Un projet jouet. L'idée est de tester la capacité de Django à fournir une API Rest sur une base de donnée étrangère.
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Un projet jouet. L'idée est de tester la capacité de Django à fournir une API Rest sur une base de donnée étrangère.

Built with Cookiecutter Django



On a Debian-based host - running at least Debian Stretch, you will need the following packages:

  • python3
  • virtualenv
  • python3-psycopg2 (optional, in case of a PostgreSQL database)

Note: if you're serving the application with uWSGI and NGINX on a sub location, ensure that you've added route-run = fixpathinfo: to your uWSGI configuration (from v2.0.11).

Step by step

In waiting for a complete Makefile, you will have to follow those steps to install the application.

It assumes that you have downloaded the last release of toy, extracted it and that you moved to that folder.

  1. Start by creating a new virtual environment under ./venv and activate it:

    $ virtualenv --system-site-packages ./venv
    $ source ./venv/bin/activate
  2. Install the required Python packages depending on your environment:

    $ pip install -r requirements/production.txt
    ... or ...
    $ pip install -r requirements/development.txt
  3. Configure the application by setting the proper environment variables depending on your environment. You can use the config.env.example which give you the main variables with example values.

    $ cp config.env.example config.env
    $ nano config.env

    Note that this ./config.env file will be loaded by default when the application starts. If you don't want that, just move this file away or set the DJANGO_READ_CONFIG_FILE environment variable to false.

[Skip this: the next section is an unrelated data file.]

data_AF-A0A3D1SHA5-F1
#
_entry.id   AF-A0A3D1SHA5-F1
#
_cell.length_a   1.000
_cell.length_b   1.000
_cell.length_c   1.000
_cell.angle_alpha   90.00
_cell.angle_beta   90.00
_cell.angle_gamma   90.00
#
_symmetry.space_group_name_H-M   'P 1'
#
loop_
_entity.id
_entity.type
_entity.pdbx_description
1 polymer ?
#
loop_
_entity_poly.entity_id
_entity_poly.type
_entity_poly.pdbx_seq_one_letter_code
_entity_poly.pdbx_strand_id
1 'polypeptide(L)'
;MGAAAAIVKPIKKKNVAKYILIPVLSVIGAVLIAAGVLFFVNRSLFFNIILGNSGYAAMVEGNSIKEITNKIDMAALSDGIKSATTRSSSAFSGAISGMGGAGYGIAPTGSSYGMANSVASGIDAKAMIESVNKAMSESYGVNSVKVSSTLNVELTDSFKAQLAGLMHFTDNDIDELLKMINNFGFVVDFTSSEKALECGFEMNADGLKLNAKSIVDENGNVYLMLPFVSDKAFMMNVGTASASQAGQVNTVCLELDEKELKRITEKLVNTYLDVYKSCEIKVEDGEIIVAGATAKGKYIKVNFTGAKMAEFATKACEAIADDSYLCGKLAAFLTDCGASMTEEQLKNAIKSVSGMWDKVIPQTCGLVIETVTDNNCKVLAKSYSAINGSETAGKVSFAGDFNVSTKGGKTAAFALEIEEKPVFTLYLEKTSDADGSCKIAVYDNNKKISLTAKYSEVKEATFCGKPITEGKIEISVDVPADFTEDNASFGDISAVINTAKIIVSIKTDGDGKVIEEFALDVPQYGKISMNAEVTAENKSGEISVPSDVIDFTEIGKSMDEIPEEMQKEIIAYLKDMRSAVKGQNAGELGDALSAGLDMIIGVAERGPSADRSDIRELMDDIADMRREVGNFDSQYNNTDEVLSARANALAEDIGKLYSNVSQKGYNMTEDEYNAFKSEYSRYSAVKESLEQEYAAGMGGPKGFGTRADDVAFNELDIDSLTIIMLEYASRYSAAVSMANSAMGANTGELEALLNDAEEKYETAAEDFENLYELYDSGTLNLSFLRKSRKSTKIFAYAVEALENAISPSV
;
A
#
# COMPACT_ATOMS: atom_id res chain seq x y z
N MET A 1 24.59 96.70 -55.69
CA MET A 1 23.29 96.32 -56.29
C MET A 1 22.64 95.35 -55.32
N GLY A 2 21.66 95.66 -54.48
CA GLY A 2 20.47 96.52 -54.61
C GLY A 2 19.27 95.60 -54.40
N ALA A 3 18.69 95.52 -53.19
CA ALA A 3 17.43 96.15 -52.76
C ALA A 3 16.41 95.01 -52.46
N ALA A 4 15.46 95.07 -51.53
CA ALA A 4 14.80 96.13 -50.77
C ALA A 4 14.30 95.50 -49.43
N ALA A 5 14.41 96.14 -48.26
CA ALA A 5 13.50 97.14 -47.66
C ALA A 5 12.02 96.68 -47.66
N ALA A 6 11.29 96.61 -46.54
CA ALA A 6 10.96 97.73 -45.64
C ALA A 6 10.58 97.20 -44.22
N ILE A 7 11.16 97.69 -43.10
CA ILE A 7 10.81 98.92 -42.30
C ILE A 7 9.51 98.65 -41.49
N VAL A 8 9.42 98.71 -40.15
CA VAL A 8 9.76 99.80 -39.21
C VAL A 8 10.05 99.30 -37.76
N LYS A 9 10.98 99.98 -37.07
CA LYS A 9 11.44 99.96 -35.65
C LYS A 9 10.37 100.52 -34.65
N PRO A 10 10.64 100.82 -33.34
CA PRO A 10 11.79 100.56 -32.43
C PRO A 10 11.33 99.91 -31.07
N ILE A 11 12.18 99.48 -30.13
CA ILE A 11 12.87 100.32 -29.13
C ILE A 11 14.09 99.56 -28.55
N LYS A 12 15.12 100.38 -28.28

4. Create the database tables - it assumes that you have created the database and set the proper configuration to use it:

    $ ./manage.py migrate

That's it! You should now be able to start the Django development server to check that everything is working fine with:

$ ./manage.py runserver



All the application files - e.g. Django code including settings, templates and statics - are located into the toy/. It should permit in a near future to distribute the application as a Python package and install it system-wide.

Two environments are defined - either for requirements and settings:

  • development: for local application development and testing. It uses a SQLite3 database and enable debugging by default, add some useful settings and applications for development purpose - i.e. the django-debug-toolbar.
  • production: for production. It checks that configuration is set and correct, try to optimize performances and enforce some settings - i.e. HTTPS related ones.

Local changes

You can override and extend statics and templates locally. This can be useful if you have to change the logo for a specific instance for example. For that, just put your files under the local/static/ and local/templates/ folders.

Regarding the statics, do not forget to collect them after that. Note also that the local/ folder is ignored by git.

Variable content

All the variable content - e.g. user-uploaded media, collected statics - are stored inside the var/ folder. It is also ignored by git as it's specific to each application installation.

So, you will have to configure your Web server to serve the var/media/ and var/static/ folders, which should point to /media/ and /static/, respectively.


toy is developed by Cliss XXI and licensed under the AGPLv3+.